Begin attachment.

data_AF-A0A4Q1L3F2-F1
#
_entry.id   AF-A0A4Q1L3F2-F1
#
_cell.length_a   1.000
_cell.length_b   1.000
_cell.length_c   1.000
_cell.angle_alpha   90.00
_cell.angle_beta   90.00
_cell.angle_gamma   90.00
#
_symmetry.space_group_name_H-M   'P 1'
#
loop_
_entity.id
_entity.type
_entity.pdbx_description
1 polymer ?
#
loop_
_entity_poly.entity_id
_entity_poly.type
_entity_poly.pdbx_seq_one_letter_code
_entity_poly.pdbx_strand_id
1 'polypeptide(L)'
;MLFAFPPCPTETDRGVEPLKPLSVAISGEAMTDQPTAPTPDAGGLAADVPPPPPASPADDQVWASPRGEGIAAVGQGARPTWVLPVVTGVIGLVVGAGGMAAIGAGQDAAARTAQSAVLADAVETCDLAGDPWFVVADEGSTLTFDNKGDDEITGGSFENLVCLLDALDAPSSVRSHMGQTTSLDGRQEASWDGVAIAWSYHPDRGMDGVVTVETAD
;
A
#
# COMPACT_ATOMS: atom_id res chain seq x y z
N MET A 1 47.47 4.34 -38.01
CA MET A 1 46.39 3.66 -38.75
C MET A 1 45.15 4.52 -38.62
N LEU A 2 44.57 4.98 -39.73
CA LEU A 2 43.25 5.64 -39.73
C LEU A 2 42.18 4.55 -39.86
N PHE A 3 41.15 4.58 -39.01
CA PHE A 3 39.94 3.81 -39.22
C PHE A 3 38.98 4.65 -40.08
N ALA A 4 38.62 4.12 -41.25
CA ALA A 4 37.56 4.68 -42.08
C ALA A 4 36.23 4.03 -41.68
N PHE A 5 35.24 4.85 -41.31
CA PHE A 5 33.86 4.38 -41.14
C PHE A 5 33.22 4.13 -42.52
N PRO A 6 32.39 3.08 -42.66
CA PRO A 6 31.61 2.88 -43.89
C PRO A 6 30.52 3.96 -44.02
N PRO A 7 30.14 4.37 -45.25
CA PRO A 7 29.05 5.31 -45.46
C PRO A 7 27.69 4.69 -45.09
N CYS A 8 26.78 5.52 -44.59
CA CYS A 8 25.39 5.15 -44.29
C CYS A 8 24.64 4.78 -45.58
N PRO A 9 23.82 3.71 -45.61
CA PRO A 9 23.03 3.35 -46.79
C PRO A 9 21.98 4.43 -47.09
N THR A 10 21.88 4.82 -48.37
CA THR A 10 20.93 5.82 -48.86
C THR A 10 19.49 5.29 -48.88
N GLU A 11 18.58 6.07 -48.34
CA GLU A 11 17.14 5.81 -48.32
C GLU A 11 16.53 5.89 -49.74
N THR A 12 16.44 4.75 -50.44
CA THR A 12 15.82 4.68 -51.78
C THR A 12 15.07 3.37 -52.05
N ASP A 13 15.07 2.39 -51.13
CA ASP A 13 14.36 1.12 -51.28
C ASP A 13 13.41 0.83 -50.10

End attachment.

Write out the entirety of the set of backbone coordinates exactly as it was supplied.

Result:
data_AF-A0A4Q1L3F2-F1
#
_entry.id   AF-A0A4Q1L3F2-F1
#
_cell.length_a   1.000
_cell.length_b   1.000
_cell.length_c   1.000
_cell.angle_alpha   90.00
_cell.angle_beta   90.00
_cell.angle_gamma   90.00
#
_symmetry.space_group_name_H-M   'P 1'
#
loop_
_entity.id
_entity.type
_entity.pdbx_description
1 polymer ?
#
loop_
_entity_poly.entity_id
_entity_poly.type
_entity_poly.pdbx_seq_one_letter_code
_entity_poly.pdbx_strand_id
1 'polypeptide(L)'
;MLFAFPPCPTETDRGVEPLKPLSVAISGEAMTDQPTAPTPDAGGLAADVPPPPPASPADDQVWASPRGEGIAAVGQGARPTWVLPVVTGVIGLVVGAGGMAAIGAGQDAAARTAQSAVLADAVETCDLAGDPWFVVADEGSTLTFDNKGDDEITGGSFENLVCLLDALDAPSSVRSHMGQTTSLDGRQEASWDGVAIAWSYHPDRGMDGVVTVETAD
;
A
#
# COMPACT_ATOMS: atom_id res chain seq x y z
N MET A 1 47.47 4.34 -38.01
CA MET A 1 46.39 3.66 -38.75
C MET A 1 45.15 4.52 -38.62
N LEU A 2 44.57 4.98 -39.73
CA LEU A 2 43.25 5.64 -39.73
C LEU A 2 42.18 4.55 -39.86
N PHE A 3 41.15 4.58 -39.01
CA PHE A 3 39.94 3.81 -39.22
C PHE A 3 38.98 4.65 -40.08
N ALA A 4 38.62 4.12 -41.25
CA ALA A 4 37.56 4.68 -42.08
C ALA A 4 36.23 4.03 -41.68
N PHE A 5 35.24 4.85 -41.31
CA PHE A 5 33.86 4.38 -41.14
C PHE A 5 33.22 4.13 -42.52
N PRO A 6 32.39 3.08 -42.66
CA PRO A 6 31.61 2.88 -43.89
C PRO A 6 30.52 3.96 -44.02
N PRO A 7 30.14 4.37 -45.25
CA PRO A 7 29.05 5.31 -45.46
C PRO A 7 27.69 4.69 -45.09
N CYS A 8 26.78 5.52 -44.59
CA CYS A 8 25.39 5.15 -44.29
C CYS A 8 24.64 4.78 -45.58
N PRO A 9 23.82 3.71 -45.61
CA PRO A 9 23.03 3.35 -46.79
C PRO A 9 21.98 4.43 -47.09
N THR A 10 21.88 4.82 -48.37
CA THR A 10 20.93 5.82 -48.86
C THR A 10 19.49 5.29 -48.88
N GLU A 11 18.58 6.07 -48.34
CA GLU A 11 17.14 5.81 -48.32
C GLU A 11 16.53 5.89 -49.74
N THR A 12 16.44 4.75 -50.44
CA THR A 12 15.82 4.68 -51.78
C THR A 12 15.07 3.37 -52.05
N ASP A 13 15.07 2.39 -51.13
CA ASP A 13 14.36 1.12 -51.28
C ASP A 13 13.41 0.83 -50.10